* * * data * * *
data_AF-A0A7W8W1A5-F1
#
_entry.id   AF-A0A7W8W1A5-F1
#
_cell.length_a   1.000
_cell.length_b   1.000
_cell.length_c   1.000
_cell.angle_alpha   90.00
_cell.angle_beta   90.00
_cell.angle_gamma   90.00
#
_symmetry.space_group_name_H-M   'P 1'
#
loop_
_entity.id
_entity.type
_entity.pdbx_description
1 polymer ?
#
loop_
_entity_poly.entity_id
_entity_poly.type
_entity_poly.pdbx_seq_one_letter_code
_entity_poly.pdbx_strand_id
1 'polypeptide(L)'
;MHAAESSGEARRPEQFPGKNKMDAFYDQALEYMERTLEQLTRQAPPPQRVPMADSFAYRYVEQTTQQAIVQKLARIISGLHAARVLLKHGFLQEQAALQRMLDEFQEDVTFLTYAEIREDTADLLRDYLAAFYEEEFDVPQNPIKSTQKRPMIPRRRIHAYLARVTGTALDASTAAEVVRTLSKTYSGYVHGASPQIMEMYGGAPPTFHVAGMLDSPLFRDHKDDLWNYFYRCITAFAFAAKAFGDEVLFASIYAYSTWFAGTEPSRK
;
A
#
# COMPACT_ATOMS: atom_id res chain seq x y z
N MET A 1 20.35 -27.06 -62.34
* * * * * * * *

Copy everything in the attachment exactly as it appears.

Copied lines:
data_AF-A0A7W8W1A5-F1
#
_entry.id   AF-A0A7W8W1A5-F1
#
_cell.length_a   1.000
_cell.length_b   1.000
_cell.length_c   1.000
_cell.angle_alpha   90.00
_cell.angle_beta   90.00
_cell.angle_gamma   90.00
#
_symmetry.space_group_name_H-M   'P 1'
#
loop_
_entity.id
_entity.type
_entity.pdbx_description
1 polymer ?
#
loop_
_entity_poly.entity_id
_entity_poly.type
_entity_poly.pdbx_seq_one_letter_code
_entity_poly.pdbx_strand_id
1 'polypeptide(L)'
;MHAAESSGEARRPEQFPGKNKMDAFYDQALEYMERTLEQLTRQAPPPQRVPMADSFAYRYVEQTTQQAIVQKLARIISGLHAARVLLKHGFLQEQAALQRMLDEFQEDVTFLTYAEIREDTADLLRDYLAAFYEEEFDVPQNPIKSTQKRPMIPRRRIHAYLARVTGTALDASTAAEVVRTLSKTYSGYVHGASPQIMEMYGGAPPTFHVAGMLDSPLFRDHKDDLWNYFYRCITAFAFAAKAFGDEVLFASIYAYSTWFAGTEPSRK
;
A
#
# COMPACT_ATOMS: atom_id res chain seq x y z
N MET A 1 20.35 -27.06 -62.34